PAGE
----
Crime is still rampant on the dark web today and it remains an attraction for people seeking criminal opportunities. Today, you can find everything from real hitmen to fake hitmen seeking to scam those attempting to find genuine services. The thing is, you never know which you’ll get — the real deal or a scam.
The dark web is more than just a crime haven and you might find yourself needing to use it for legitimate privacy reasons. Don’t leave yourself exposed to cybercriminals and government surveillance, use a reliable VPN before connecting to Tor.
Nobody Is Immune to Dark Web Scams
On the dark web, you can’t just search keywords on a search engine to access illicit websites and marketplaces. Sites on the dark web aren’t indexed, so unless you already know the URL of the website you want to visit, you won’t just stumble across it. If you arrive on the forum you were looking for, you cannot know whether what you’re paying for is legit.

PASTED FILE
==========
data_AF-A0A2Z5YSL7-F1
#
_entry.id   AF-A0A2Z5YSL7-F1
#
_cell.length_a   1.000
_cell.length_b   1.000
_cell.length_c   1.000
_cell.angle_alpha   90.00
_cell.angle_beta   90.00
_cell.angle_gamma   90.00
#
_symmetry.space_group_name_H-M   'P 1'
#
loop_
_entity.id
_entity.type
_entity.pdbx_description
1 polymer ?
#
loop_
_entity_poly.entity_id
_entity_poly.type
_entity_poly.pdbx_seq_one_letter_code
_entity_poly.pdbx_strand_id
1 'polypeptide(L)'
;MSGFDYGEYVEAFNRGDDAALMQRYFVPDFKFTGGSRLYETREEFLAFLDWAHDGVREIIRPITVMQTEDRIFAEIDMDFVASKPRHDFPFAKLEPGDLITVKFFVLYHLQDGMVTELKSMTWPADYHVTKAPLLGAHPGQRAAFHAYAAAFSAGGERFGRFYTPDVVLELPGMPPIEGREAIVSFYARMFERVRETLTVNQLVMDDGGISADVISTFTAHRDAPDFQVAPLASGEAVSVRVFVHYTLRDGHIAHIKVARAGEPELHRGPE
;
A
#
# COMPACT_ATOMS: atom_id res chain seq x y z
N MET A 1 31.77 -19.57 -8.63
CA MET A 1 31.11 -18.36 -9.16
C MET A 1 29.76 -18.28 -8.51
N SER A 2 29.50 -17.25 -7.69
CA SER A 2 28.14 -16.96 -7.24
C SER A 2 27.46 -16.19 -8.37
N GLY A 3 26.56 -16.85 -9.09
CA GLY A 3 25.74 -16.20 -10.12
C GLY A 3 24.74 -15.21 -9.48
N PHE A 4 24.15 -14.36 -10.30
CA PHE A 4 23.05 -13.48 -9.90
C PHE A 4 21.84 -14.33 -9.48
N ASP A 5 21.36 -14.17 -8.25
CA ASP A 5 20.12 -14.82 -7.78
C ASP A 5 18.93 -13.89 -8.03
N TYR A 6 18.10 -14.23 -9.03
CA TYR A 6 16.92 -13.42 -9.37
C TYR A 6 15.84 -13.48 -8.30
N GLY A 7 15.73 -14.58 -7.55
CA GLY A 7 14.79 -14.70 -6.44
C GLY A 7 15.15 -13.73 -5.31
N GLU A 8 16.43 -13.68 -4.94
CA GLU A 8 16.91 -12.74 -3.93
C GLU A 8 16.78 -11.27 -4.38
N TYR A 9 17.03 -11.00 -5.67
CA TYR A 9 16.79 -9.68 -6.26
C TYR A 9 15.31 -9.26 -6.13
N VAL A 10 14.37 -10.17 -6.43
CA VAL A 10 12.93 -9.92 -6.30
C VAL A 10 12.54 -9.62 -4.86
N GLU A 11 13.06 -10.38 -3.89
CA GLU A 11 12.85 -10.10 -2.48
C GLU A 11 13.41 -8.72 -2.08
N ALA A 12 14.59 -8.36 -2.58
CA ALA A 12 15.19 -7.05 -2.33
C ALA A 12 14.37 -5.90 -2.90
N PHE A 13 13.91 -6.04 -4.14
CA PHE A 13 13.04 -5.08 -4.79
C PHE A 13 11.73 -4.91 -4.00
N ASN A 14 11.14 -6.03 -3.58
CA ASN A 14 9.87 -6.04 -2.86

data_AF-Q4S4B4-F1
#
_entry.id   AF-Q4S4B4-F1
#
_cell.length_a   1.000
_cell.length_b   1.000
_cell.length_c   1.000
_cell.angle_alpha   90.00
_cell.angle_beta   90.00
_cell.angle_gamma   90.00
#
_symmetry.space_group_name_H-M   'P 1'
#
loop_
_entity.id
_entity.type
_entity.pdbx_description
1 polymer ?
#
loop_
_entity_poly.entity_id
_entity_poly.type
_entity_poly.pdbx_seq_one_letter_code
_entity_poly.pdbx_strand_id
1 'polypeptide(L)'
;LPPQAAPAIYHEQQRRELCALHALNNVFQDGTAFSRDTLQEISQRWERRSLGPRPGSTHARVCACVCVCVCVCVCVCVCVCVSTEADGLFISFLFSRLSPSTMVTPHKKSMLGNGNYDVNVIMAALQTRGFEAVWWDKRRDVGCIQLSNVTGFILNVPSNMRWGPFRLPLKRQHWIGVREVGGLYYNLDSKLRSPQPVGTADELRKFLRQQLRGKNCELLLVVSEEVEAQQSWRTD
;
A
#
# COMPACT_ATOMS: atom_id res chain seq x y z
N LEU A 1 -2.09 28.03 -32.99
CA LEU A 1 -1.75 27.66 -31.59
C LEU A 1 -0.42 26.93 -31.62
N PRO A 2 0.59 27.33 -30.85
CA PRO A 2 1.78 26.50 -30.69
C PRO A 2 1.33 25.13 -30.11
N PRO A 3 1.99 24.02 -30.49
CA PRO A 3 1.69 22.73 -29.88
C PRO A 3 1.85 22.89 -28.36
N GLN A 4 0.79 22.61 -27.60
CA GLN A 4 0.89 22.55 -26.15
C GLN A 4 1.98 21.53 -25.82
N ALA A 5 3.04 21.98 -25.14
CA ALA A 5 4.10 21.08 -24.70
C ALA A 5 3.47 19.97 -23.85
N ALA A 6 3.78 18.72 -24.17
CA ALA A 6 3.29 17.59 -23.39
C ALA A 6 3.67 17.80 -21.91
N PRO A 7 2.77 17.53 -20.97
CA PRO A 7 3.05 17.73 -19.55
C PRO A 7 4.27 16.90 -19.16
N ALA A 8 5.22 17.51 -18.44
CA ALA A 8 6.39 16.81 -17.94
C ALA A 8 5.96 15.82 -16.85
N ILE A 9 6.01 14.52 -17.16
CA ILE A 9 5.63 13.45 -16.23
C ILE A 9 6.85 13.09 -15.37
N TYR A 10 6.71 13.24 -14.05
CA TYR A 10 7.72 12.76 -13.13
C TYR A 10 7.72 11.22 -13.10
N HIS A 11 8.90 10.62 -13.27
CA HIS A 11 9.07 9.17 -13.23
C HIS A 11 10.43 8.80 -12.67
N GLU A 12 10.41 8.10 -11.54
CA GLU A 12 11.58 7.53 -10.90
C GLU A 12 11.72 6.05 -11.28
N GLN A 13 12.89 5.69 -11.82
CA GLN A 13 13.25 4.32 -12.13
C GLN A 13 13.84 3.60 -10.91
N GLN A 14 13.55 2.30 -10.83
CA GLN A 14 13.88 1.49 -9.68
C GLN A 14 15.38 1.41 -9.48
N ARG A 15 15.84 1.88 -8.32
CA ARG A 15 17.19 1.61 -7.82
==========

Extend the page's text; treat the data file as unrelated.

What’s appealing to scammers about this type of crime is the low risk of police involvement. If someone’s on the dark web and gets ripped off, what can they do? They can hardly go to the police saying “Excuse me, officer, I hired a hacker on the dark web to stalk my girlfriend, but he just took my money.” This means it’s also hard to get an accurate picture of how many people get scammed on the dark web.
Dark Web scammers are aware of the lack of recourse available and they use it to their advantage. Vice reported one iconic example of this type of scam back in 2017. A dark web user named “Dogdaygod” was looking for a hitman to murder his wife. He paid $6000 for services on Besa Mafia, a site that advertised itself as being run by Albanian mobsters.